Friday, June 10, 2011

Examples of paraprosdokian figure of speech

A paraprosdokian (pronounced /pærəprɒsˈdoʊki.ən/) is a figure of speech in which the latter part of a sentence or phrase is surprising or unexpected in a way that causes the reader or listener to reframe or reinterpret the first part. It is frequently used for humorous or dramatic effect, sometimes producing an anticlimax. For this reason, it is extremely popular among comedians and satirists.
A paraprosdokian sentence consists of two parts where the first is a figure of speech and the second an intriguing variation of the first.


*  Going to church doesn't make you a Christian any more than standing in a garage makes you a car.
*  If I agreed with you we'd both be wrong.
*  Dolphins are so smart that within a few weeks of captivity, they can train people to stand at the edge of a pool and throw fish to them.
  You don't need a parachute to skydive, but you do need one to skydive again.
*  Hospitality is making your guests feel like they're at home, even if you wish they were.
*  Some cause happiness wherever they go, others whenever they go.
*   You're never too old to learn something stupid.

Never argue with an idiot. People will not know the difference.

Tuesday, June 7, 2011

Summary genetic origins of Indians

Nice detailed article here.

Summary points:

  • "Who were the ANI (Ancestral north indians)? I think they derive from a set of farming populations from between the Black Sea and the Caspian. The reason I think this is that there are suggestive associations with populations around the Caucasus with Indian groups, even more than with Iranians! This sort of “geographic leapfrog” requires a macrohistorical explanation.
  • Were the ANI Aryans? I don’t think so. The admixture event with ASI (Ancestral south indians) is very old. Likely within the last 10,000 years, but probably older than 4,000 years (I know this from personal communication with one of the researchers who attempted linkage disequilibrium decay based time-from-admixture tests). Some of the Caucasian groups which have an affinity with Indians are not Indo-European speaking.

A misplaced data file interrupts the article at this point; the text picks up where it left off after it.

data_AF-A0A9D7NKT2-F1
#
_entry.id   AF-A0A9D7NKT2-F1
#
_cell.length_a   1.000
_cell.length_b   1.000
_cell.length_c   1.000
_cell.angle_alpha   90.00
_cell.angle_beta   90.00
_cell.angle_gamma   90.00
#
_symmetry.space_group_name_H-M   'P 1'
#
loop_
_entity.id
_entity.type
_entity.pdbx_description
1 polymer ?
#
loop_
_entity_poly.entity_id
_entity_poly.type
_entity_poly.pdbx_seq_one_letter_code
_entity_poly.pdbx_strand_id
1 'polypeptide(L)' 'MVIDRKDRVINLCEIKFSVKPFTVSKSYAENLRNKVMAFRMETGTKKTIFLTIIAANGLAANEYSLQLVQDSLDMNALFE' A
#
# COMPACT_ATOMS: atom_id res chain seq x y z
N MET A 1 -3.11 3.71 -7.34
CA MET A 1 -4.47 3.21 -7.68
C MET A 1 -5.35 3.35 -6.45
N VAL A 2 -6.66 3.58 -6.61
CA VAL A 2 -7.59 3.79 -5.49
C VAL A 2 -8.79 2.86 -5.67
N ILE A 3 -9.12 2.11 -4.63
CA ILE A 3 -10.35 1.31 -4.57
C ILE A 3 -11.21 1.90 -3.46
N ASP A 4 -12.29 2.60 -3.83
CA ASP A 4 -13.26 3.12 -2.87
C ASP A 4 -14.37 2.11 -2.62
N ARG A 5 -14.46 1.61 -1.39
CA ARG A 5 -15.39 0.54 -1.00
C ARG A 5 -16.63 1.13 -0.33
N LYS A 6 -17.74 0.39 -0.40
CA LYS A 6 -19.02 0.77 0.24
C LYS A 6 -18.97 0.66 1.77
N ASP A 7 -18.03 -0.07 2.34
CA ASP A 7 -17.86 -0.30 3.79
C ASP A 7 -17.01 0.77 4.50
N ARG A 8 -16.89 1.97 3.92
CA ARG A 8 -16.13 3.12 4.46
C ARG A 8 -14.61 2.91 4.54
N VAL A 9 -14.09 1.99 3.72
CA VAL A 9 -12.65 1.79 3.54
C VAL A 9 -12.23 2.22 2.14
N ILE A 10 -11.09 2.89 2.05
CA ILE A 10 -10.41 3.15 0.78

• So why did ANI arrive in India? I think it has to do with farming. Recent evidence is now pointing to massive reconfigurations of genetic variation across the world in the past 10,000 years. We have semi-historical evidence for nearly total replacement in Japan and Africa. But there is now a great deal of circumstantial evidence that the same occurred in Europe, at least once, and probably more than once. The ANI were one of the great farming Diasporas to pulse out of the Near East.
  • But why didn’t they replace ASI? I am not an archaeologist, so I am on weak ground here insofar as I’m relying heavily on others who know this stuff. But I suspect that the indigenous populations of the Indian subcontinent themselves had started an independent transition to farming. The ANI-ASI synthesis, both genetic and cultural, was that of two incipient farming toolkits. In contrast the relatives of the ASI in Southeast Asia did not enter into an independent phase of farming, and were marginalized to a far greater extent by populations from southern China (the exceptions being the Papuans). The Andaman Islanders then are exceptions, and not representative in their hunter-gatherer lifestyle.
  • What about the Aryans? The data from Europe is far thicker than from the Indian subcontinent, and there there is evidence for multiple movements and cultural influences. I believe that the Indo-Aryans arrived later, and are a minor overlay upon the ANI-ASI synthesis (South Indian tribals have 30-40% ANI, indicating how old and thoroughgoing the synthesis was). Some speculative suggestions can be made from the genetic data in regards to a post-ANI West Eurasian influence which does not seem Middle Eastern. I will leave that for now because we just don’t have much to go on, though I do suggest that one keep track of The Jatt Gene. I think the answers we’ve long been waiting for will be coming soon, especially with the imminent release of Indian populations from the 1000 Genomes.
  • The northwest-southeast axis is the dominant genetic story of India, but not the only one. There is a northeast-southwest axis. It seems probable that the Munda are relative newcomers as well. Though mostly Indian, there is an element of ancestry in these populations which suggests relatively recent affinities with East Asians. This is probably at least part of my personal story, so I take an interest in this “third wheel” component of our heritage.
  • South Indian Brahmins claim northern Indo-Aryan origins. The genetics certainly bear this out, albeit with some probable admixture with the local substrate. There are many specific questions which can be asked and answered. The Cochin and Bene Israel Jews of the west coast of India clearly do have highly elevated Middle Eastern components of ancestry, though they are highly admixed with the native populations. My own question: do the Nasrani Christians truly descend from Jews? I would have dismissed this outright a few months ago, but I am not sure sure now. The western coast of India seems to have long-standing connections to southern Arabia, so we need to flesh out these patterns in more detail."

Key Take away:
We all know that there is a big difference between a Kashmiri Pandit and an Adivasi from South India. But about one third of the Pandit’s ancestry is “Ancestral South Indian,” which is almost absent outside of the subcontinent. And about one third of the Adivasi’s ancestry is “Ancestral North Indian,” which connects this individual with the populations which span the Atlantic, to the Urals, to the Sahara